France’s former health minister Agnes Buzyn has been charged over her handling of the COVID-19 crisis after investigators at a special court in Paris concluded there were grounds to prosecute her.
Buzyn has been charged with “endangering the lives of others”, the prosecutor of the Republic’s Court of Justice said on Friday, but not for a second possible offence of “failure to stop a disaster”.
The former doctor, who will be able to appeal the charge, arrived for a hearing at the court saying she welcomed “an excellent opportunity for me to explain myself and to establish the truth”.
The 58-year-old added that she would not “let the action of the government be discredited, or my action as a minister, when we did so much to prepare our country for a global health crisis that is still ongoing”.
The development marks one of the first cases worldwide where a leading public sector official has been held legally accountable for the handling of the healthcare crisis.
The charges are a blow for President Emmanuel Macron, whose handling of the health crisis will face scrutiny during election campaigning next year, but the court also immediately faced allegations of judicial overreach.
Anne Genetet, an MP from the ruling LREM party, said she was “shocked” and “angry” by the precedent set by the court, which has special powers to prosecute ministers.
“We shouldn’t be surprised if no one wants to enter politics anymore, or be a minister,” Genetet told the LCI channel.
Former Prime Minister Edouard Philippe and the current health minister, Olivier Veran, are also being investigated by magistrates at the court and have seen their offices searched.
Buzyn, who resigned from her post in February last year, weeks after the first COVID-19 cases were confirmed in France, has faced criticism and ridicule over her initial statements about the crisis.
She said initially in January 2020 that there was “practically no risk” of importing COVID-19 from the Chinese city at the origin of the outbreak, Wuhan, and then said the “risk of a spread of the coronavirus among the population is very small”.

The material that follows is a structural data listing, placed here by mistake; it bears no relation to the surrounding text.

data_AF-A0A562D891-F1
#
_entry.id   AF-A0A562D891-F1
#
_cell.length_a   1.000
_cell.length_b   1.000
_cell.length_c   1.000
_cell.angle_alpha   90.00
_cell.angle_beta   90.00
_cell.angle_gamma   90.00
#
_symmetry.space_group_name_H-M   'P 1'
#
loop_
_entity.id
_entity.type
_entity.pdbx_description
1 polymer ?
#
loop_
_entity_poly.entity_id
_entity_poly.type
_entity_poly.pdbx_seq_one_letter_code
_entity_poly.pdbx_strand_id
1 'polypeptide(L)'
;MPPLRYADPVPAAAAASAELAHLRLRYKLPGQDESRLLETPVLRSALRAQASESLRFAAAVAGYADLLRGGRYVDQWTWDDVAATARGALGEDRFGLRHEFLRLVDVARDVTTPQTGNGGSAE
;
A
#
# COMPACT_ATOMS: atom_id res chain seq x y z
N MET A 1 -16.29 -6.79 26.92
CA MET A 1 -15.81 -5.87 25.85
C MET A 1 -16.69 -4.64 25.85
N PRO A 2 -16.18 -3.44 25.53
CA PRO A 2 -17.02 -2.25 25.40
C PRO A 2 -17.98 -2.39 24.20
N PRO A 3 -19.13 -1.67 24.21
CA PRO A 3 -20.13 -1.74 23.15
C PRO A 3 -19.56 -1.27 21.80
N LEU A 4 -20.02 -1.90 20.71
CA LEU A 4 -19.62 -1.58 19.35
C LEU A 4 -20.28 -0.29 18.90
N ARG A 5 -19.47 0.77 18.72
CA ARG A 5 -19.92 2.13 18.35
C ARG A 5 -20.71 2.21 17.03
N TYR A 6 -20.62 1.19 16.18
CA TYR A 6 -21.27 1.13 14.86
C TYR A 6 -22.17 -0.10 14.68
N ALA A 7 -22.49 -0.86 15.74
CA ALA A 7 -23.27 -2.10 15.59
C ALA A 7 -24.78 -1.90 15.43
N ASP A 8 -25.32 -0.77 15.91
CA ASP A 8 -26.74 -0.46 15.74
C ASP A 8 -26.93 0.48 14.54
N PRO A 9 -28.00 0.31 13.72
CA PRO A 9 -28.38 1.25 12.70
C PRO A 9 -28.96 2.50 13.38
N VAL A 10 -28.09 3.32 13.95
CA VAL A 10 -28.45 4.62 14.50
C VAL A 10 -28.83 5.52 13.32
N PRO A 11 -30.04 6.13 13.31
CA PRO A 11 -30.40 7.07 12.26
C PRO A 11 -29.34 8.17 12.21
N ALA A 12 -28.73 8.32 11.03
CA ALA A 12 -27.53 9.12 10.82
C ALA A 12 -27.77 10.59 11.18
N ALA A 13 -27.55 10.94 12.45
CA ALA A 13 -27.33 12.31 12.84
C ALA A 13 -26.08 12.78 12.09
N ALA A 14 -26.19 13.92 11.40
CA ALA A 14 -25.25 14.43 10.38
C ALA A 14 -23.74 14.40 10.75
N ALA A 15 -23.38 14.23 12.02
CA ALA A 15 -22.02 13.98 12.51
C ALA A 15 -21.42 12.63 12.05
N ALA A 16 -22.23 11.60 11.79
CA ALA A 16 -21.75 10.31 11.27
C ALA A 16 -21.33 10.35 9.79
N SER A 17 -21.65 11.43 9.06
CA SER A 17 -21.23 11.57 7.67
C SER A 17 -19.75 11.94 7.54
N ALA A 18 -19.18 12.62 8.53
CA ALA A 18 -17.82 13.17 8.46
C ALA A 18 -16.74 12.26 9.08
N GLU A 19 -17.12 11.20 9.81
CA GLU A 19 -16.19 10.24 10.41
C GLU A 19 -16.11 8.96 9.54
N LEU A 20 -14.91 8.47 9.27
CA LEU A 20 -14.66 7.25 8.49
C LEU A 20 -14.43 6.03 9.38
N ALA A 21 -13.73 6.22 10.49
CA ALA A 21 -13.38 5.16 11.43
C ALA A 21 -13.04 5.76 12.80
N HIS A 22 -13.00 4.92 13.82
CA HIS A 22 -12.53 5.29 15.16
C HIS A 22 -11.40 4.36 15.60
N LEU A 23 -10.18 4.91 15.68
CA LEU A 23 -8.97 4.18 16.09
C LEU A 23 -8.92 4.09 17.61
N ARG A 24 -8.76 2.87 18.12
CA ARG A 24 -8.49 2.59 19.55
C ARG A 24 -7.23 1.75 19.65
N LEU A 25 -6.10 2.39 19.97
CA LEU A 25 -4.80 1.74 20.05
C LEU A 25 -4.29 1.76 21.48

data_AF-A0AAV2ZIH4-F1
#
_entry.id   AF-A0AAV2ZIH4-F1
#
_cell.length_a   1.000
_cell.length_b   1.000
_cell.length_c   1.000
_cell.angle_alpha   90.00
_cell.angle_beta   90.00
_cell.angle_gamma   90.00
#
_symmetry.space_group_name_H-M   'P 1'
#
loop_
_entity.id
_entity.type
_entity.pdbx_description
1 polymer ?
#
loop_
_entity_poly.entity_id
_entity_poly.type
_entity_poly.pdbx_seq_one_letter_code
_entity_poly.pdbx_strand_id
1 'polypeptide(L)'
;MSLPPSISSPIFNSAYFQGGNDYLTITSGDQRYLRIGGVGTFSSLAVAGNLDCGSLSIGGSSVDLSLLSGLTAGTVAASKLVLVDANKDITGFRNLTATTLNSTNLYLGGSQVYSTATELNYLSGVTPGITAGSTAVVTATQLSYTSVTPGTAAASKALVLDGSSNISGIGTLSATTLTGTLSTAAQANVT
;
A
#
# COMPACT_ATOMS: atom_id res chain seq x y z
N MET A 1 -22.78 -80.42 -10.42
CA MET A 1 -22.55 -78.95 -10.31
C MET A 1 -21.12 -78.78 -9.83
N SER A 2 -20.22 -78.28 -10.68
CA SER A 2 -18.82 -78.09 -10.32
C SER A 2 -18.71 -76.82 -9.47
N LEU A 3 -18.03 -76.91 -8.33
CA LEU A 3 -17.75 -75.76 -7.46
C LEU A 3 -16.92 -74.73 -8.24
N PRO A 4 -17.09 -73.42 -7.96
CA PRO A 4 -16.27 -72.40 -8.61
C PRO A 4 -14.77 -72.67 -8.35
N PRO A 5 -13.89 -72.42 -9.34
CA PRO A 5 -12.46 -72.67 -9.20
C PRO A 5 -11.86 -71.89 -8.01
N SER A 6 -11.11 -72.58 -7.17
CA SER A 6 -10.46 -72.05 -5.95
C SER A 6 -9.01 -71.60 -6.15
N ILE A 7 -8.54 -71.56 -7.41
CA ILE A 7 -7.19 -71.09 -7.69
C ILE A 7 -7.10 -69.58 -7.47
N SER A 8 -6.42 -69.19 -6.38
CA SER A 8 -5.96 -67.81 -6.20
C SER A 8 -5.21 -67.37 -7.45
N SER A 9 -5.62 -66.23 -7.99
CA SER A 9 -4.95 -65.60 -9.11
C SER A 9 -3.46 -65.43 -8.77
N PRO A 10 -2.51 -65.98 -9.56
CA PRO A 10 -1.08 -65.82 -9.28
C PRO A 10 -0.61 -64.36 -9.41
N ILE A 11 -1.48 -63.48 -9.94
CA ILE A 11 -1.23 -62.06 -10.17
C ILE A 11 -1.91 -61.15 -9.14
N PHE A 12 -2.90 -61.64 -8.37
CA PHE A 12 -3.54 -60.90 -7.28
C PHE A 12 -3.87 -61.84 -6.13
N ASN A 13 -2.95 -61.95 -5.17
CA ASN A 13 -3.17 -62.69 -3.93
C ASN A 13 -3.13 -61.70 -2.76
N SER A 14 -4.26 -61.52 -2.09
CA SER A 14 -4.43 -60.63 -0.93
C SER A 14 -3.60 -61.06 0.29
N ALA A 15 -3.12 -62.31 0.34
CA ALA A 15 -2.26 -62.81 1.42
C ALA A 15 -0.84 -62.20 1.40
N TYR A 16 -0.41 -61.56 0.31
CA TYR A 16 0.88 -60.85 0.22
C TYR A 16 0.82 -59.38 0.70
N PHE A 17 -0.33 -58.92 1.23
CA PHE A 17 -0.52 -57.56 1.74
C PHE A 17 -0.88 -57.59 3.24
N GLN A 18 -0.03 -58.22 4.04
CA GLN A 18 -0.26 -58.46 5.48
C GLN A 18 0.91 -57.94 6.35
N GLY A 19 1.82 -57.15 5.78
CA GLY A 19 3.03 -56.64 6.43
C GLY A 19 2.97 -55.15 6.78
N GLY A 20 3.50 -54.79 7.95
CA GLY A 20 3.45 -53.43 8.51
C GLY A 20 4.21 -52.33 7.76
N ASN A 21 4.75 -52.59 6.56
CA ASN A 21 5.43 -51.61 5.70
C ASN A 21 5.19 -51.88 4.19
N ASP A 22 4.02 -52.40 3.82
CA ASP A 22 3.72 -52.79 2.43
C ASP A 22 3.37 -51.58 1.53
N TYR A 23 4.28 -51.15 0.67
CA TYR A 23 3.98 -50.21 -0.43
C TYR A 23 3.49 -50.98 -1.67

A month later, as she left the ministry to launch a failed bid to become Paris mayor, she claimed that “the tsunami has yet to come”, in an apparent contradiction of her earlier statements.
The cancer and transplant specialist later told a parliamentary investigation that she had alerted the president and then-prime minister Philippe to the potential “dangers” of COVID-19 as early as January.
This is part of a broader investigation into the government’s handling of the coronavirus pandemic and Buzyn’s successor, Veran, is widely expected to be summoned by the same judges in the coming weeks.
The Republic’s Court of Justice was created in 1993 as a way of improving accountability due to perceptions that cabinet members were able to escape legal censure for their actions in office.
Members of the public are allowed to file complaints to the court if they consider they are the victim of a crime carried out by a member of the government.
Some 14,500 complaints – from individuals, doctors, associations and even prisoners – have piled up over the government’s handling of the pandemic, its top prosecutor said this week.
Some critics accuse the court of being too slow and lenient, while others see the current investigation as being an example of the justice system going too far.
Jean Garrigues, a French political historian who is often supportive of the government, called Buzyn’s appearance at the court “a serious blow to the separation of powers”.
“It’s up to voters and not judges to sanction a politician for their words and deeds,” he wrote on Twitter.
The court has become increasingly contested, with both former President Francois Hollande and incumbent Macron pledging to scrap it.
Buzyn quit politics and in January joined the cabinet of the World Health Organization’s Director-General, Tedros Adhanom Ghebreyesus.